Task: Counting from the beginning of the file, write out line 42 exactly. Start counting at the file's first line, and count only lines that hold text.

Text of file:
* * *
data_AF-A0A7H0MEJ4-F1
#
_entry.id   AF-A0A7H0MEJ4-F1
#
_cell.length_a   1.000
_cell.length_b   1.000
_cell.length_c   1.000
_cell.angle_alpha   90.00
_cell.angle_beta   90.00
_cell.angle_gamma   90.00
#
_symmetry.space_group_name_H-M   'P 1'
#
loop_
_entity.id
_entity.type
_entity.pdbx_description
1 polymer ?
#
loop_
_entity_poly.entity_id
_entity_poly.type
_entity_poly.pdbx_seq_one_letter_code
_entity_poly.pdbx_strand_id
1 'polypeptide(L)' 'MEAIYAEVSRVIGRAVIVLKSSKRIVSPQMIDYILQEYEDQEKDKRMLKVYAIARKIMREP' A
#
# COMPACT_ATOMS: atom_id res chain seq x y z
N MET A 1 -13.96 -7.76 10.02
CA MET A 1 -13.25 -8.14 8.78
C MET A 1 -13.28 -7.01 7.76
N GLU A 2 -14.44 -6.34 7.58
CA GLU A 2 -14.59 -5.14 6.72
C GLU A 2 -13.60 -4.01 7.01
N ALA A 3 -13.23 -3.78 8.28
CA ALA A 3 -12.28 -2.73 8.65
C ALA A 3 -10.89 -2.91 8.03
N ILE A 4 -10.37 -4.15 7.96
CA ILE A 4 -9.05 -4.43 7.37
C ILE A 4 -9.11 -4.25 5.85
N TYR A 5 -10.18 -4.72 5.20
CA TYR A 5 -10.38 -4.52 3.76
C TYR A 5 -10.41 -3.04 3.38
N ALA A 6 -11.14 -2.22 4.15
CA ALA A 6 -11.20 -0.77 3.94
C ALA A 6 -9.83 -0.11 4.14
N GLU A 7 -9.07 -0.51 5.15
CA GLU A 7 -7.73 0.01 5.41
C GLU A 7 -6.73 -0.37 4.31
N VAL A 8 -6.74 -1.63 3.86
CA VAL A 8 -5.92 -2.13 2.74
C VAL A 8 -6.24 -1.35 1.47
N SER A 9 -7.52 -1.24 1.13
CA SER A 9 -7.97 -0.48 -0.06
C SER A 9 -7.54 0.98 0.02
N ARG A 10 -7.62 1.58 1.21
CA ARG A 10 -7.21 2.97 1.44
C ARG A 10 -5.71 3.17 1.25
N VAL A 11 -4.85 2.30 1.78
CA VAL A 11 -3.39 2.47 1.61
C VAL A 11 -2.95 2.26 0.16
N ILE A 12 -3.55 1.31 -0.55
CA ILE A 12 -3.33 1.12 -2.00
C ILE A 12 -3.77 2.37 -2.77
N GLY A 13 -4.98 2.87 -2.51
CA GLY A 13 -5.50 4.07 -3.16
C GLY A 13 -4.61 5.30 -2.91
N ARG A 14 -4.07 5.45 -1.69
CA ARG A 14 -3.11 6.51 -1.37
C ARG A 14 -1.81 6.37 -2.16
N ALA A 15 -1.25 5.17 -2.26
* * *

C TYR A 5 -10.41 -3.04 3.38